About this business of Qatar, World Cups and … tanks!

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I know it’s easy to bag and bust on the choice of Qatar as a World Cup site. I certainly have.

It’s a silly choice, and most of us would love to think it’s just a bad dream, like the one where you’re back in school at the end of a lost semester, about to take a huge test without a chance in heck of passing the doggone thing. (You have that one, too, right?)

But this thing is happening. Qatar and a World Cup. Heaven help us and please pass the sunscreen.

The weekend brought us reports that Qatar would purchase tanks and other heavy weapons from Germany ahead of the 2022 World Cup. Cue the snark and the outrage over a World Cup and how, as one PST reader wondered, if armament is required then “maybe they should rethink the idea of having the tournament in such an unstable, violence prone region.”

Here’s the deal: security at a World Cup is serious, serious business. As it should be. All contingencies, starting at terrible and ranging up to the unthinkable, must be considered – not just in Qatar, but at all of them.

I feel a little uneasy about this subject; I’m pretty well-versed in soccer but I am no security expert. I do, however, know this:

I have walked plenty of times into stadium areas being used as pre-game tactical staging points, and the arms at the ready are substantially intimidating.

I know that this big monster to the right (above right, in the photo), along with a bunch that looked just like it, was parked about a quarter of a mile from my hotel room in Hamburg during World Cup 2006. (Which means it was less than a mile from where the United States was based that summer in Germany.)

I know that plenty of domestic police departments have light armored vehicles. Apparently, it’s not just the city and county entities getting into the heavy weapons security act.

I know that F-16s are at the ready during Super Bowls right here in our land; as targets of opportunity, I’d put a World Cup up there with a Super Bowl, right?

And I happened to be a cubbie reporter during the 1992 riots in Los Angeles; I sat on a balcony watching armored vehicles control curfew after dark.

There are bad people out there. We all know that. If tanks, even as deterrent, are in order to ensure that people like me are writing about soccer in 2022 and not about something far more awful, then I’m OK with having the hulking vehicles around. After all, haven’t they always been around, or close by at very least, at World Cups for a long, long time?

Day Three: All the action from the U20 World Cup

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With the 2017 U-20 World Cup underway in South Korea, we can forgive you if you haven’t seen much of the action yet.

[ MORE: U-20 World Cup latest

Due to the time difference most of the games kicking off in the wee hours (if you’re on the East Coast of the U.S.), so we thought we’d give you a chance to catch up on what you might have missed while you were sleeping.

Click on the link above for all the latest news from the U-20 World Cup, while below are video highlights from Monday’s four games as Groups E and F were in action.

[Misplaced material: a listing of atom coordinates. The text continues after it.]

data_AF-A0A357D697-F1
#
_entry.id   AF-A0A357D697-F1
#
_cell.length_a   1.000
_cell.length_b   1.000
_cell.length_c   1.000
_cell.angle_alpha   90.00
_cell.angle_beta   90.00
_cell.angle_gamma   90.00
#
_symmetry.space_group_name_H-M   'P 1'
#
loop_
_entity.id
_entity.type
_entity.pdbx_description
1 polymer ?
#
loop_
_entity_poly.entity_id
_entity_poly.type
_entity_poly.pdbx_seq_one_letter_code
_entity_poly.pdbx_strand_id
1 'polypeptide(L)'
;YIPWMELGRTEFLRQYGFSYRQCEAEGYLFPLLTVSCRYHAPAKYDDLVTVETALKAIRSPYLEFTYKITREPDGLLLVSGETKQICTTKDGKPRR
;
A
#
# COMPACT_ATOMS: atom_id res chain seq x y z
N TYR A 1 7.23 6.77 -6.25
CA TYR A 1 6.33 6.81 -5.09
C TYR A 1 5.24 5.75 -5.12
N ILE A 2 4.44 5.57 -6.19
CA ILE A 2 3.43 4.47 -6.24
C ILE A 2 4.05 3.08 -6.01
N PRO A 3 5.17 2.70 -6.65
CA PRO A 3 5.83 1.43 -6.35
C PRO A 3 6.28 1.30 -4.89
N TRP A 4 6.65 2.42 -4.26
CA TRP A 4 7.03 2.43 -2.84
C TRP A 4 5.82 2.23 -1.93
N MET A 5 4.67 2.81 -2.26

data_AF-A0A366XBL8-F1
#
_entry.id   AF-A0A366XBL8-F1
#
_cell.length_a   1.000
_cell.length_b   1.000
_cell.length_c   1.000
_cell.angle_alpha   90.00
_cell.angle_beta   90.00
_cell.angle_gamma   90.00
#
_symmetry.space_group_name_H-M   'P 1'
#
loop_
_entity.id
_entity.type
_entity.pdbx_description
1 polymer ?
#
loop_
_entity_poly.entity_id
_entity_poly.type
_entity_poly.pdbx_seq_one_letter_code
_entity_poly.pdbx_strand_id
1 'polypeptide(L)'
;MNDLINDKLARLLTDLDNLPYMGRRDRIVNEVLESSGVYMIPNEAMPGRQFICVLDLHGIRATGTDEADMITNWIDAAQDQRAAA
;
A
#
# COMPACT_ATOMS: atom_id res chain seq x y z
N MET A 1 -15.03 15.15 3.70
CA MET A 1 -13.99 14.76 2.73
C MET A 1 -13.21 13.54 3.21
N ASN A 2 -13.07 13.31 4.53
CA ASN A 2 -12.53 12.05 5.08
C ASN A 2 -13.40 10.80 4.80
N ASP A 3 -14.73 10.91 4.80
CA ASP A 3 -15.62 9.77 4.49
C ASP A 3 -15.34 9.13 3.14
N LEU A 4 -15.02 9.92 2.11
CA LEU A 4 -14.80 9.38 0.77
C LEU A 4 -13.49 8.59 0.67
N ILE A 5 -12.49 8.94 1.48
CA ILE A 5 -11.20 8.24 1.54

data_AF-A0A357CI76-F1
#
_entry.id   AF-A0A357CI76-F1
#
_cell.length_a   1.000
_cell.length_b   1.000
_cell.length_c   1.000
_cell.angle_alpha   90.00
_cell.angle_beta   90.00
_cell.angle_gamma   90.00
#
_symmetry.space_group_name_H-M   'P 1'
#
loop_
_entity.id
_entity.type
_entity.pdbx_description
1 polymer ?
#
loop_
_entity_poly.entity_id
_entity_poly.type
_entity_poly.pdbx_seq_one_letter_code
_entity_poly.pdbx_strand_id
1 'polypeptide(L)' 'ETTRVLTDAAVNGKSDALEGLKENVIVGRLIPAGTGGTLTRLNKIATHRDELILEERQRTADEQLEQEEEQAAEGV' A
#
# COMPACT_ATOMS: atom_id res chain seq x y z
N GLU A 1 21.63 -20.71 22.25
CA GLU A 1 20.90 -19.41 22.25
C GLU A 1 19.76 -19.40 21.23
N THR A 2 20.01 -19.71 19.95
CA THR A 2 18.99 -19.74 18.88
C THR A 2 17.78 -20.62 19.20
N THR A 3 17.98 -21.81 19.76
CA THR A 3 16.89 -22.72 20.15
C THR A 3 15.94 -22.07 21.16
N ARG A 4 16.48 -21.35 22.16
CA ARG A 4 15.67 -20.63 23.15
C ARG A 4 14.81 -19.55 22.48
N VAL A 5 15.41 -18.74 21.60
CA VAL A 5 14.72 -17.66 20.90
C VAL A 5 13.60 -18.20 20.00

Group E – France 3-0 Honduras

Group E – New Zealand 0-0 Vietnam 

Group F – Ecuador 3-3 USA 

Group F – Saudi Arabia 0-2 Senegal

Transfer Rumor Roundup: Sanchez to Bayern; Lukaku to Chelsea

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The Alexis Sanchez to Bayern Munich links continue with the Arsenal forward having just one year left on his contract and now Arsenal out of the UEFA Champions League for next season.

[ MORE: Kroenke speaks out ]

Sanchez’s international teammate, and Bayern Munich midfielder, Arturo Vidal has added further fuel to that fire.

Vidal spoke to Spanish outlet Sport and revealed he has been asked about Sanchez by the Bayern hierarchy and he wants the Chilean star to swap the Premier League for the Bundesliga.

“He is doing great at Arsenal but I think he needs to take an extra step to fight amongst the best in the world and that is why he has to come to the best team in the world. He would do great here,” Vidal is quoted as saying.

Would Bayern be a good fit for Sanchez? It would certainly be the preferred choice for Arsenal if they did have to sell him this summer.

The Gunners would be reluctant to sell to any of their Premier League rivals, so this could suit everyone. Of course they wouldn’t want to lose the man who scored 24 PL goals and added 10 assists this season, but the reality is stark for the Gunners.

Sanchez would surely slot in seamlessly with Bayern’s fluid attacking front three and as the likes of Arjen Robben and Franck Ribery enter the twilight of their careers, Sanchez could be the main man in Bavaria for the next three to four years. This move would also provide Sanchez with a return to UCL action, something Arsenal can no longer offer him.


Just one day after the season came to a close Romelu Lukaku is being heavily linked with a return to Chelsea.

The London Evening Standard reports that Chelsea have put Lukaku, 24, at the top of their summer wishlist and ahead of Alvaro Morata.

Lukaku has two years left on his current Everton deal but has refused to sign a new contract and the Belgian international is being chased by several of Europe’s top clubs. His 25 goals this season meant he was the second-highest goalscorer in the PL and as reports about Diego Costa‘s leaving Chelsea for China this summer continue, Lukaku would be the perfect replacement.